With another strong showing and a 2-0 Week 5, FlyQuest move into sole possession of second place in the standings.
Reviewing Week 5:
Saturday Match: Golden Guardians (4-4)
Golden Guardians came into the game on a three-game winstreak and a set gameplan: shut down Jason “WildTurtle” Tran and the FlyQuest botlane. Can “Closer” Çelik and Yuri “Keith” Jew both went for flashy plays to do so, but Turtle was having none of it. Turtle walked away from every encounter with a kill, even if he died himself.
While the rest of Golden Guardians were focused on shutting down WildTurtle, Greyson “GoldenGlue” Gilmer was left alone to deal with Tristan “PowerOfEvil” Schrage. It was a rough day for the North American talent, as POE solo-killed GoldenGlue and amassed a 60 CS lead over the course of the game.
FlyQuest was willing to give up objectives if it allowed them to take fights that they wanted. For example, when Golden Guardians secured mid turret, FlyQuest collapsed on them as they tried to retreat, initiating a three for one trade which allowed FlyQuest to set up vision around the cloud drake, take the objective, and then re-engage for the game-ending fight. Their macro may not be as clean as C9’s, but it’s still very much a strength.
Player of the Match: WildTurtle
While POE had a monstrous game, WildTurtle was the target of most of Golden Guardians’ aggression, and he responded by kicking their teeth in. By refusing to fold under pressure, Turtle helped to ensure that the other members of his team could make plays around the map, which allowed for the drake and objective control that won FlyQuest the game.
Sunday Match: Counter Logic Gaming (1-8)
Not much has been going right for CLG this split, and this game didn’t go very well for them, either. PowerOfEvil ran roughshod over his former team, never letting them find a real footing. Things didn’t go quite as smoothly in the early game as that statement might make it sound, however.
Lucas “Santorin” Tao Kilmer Larsen made FlyQuest’s gameplan clear when he ganked mid at level 2. The gank blew Eugene “Pobelter” Park’s flash at level 2, but the lane held steady, with Pobelter having a slight advantage despite the blown flash.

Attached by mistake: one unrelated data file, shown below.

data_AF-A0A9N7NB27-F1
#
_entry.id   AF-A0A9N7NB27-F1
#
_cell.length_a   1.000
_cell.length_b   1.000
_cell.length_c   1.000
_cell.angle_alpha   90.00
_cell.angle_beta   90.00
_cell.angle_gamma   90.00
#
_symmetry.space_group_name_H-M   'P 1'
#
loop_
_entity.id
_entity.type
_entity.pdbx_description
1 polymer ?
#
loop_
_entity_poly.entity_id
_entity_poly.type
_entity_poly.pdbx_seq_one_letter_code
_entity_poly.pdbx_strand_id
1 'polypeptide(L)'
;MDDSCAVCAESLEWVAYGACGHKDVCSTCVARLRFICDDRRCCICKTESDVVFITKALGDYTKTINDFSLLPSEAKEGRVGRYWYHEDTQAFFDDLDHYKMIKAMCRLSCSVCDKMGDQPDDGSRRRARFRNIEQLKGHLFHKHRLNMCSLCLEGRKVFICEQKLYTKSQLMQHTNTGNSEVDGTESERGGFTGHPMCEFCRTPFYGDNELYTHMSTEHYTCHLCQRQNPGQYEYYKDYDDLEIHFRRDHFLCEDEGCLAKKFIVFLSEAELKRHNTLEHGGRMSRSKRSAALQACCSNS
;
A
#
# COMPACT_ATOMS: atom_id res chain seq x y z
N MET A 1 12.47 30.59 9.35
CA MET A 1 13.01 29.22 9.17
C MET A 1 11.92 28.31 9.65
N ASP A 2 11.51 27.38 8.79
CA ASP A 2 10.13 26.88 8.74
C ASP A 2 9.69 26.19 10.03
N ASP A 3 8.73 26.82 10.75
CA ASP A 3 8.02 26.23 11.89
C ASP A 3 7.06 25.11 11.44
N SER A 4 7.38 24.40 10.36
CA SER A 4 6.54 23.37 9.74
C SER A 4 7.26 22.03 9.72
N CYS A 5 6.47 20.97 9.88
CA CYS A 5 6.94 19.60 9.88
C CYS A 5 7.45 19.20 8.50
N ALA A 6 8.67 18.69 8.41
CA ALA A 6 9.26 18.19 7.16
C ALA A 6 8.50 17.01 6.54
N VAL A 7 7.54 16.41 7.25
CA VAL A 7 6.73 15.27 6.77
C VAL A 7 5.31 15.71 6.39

That’s just one example of how FlyQuest stumbled in the early game. The three usual standout members were actually those who looked most off-kilter; Santorin facechecked into three members of CLG in botside river, giving up the second drake. PowerOfEvil was unable to press his advantage midlane during lane phase, allowing CLG to contest (and take) multiple objectives. Lee “IgNar” DOng-geun got caught by a hook from Smoothie, which would have spelled disaster had Omran “V1per” Shoura not TP’d down botlane to get a double kill.
FlyQuest definitively lost early game, giving up the first three out towers before they had even taken one for themselves. However, despite being so far behind in objectives, FlyQuest were up in gold during that same timeframe due to farm advantages and shutdown gold.
The thing that sealed FlyQuest’s victory was not their objective or vision control, unlike their game against Golden Guardians. No, what brought the boys in Yellow and Green victory was an absurd 4 vs 5 teamfight that nearly resulted in a PowerOfEvil Pentakill. Even when the team is not playing the map well, they are still able to farm up, teamfight effectively, and translate won fights into objectives. It’s good to see that they can still do that effectively, but it is unsettling to see them do it against CLG, who they should have stomped in the early game.
Player of the Game: PowerOfEvil
POE is a hell of a teamfighter, isn’t he? With V1per dead, the game’s definitive teamfight was carried by great IgNar engages and POE’s fearless decision to dive the backline. He paid for it with his life, but it won FlyQuest the teamfight and the game.
Previewing Week 6
Saturday Match: C9 (10-0)
C9 is the undisputed best team in NA right now. FlyQuest needs to play a clean early game if they want to have a chance at winning. If they don’t, they will lose to C9 again, just as they did in Week 3. That loss came off the back of FlyQuest mismanaging the wave in botlane; C9 recognized that and rotated Jesper “Zven” Svenningsen and Philippe “Vulcan” Laflamme to Herald on spawn. This allowed them to drop Shelly botlane and secure fist tower. If something similar happens in Week 6, that will be the game. C9 is the one team that can match FlyQuest’s teamfighting abilities, so falling behind early would be a death sentence.
Match up to Watch: Midlane
PowerOfEvil needs to step up in lane this game; if he allows Yasin “Nisqy” Dinçer to roam with Robert “Blaber” Huang or Vulcan, FlyQuest will likely buckle under the pressure. Alternatively, if POE smashes lane, it gives FlyQuest a solid mid-game pressure point to play around. If there’s a game to prove that POE deserves MVP, this is the game to do it.
Prediction: C9 wins.
Sunday Match: Dignitas (5-5)
Teams don’t need to play to win against Dignitas; they just have to play well enough that DIG beat themselves. Case in Point: when FlyQuest first beat Dignitas in Week 2, they did so off the back of catching out Heo “Huni” Seung-hoon early and punishing his over aggression. Huni, being Huni, has not learned from his mistakes. Against Team Liquid in Week 5, he had his flash blown in an early gank by Broxah, and he never recovered. All FlyQuest need to do is tilt Huni and they’ll be able to win handily.
Matchup to Watch: Toplane
V1per and Santorin should team up to take out Huni early; after that point the team just needs to play their usual controlled style. But if Huni gets out of control early, well then FlyQuest are in for a rough ride.
Prediction: FlyQuest win.
What are your predictions for Week Six? Tell Richard what you think @Imp_Richard
All images courtesy of LoL Esports Flickr
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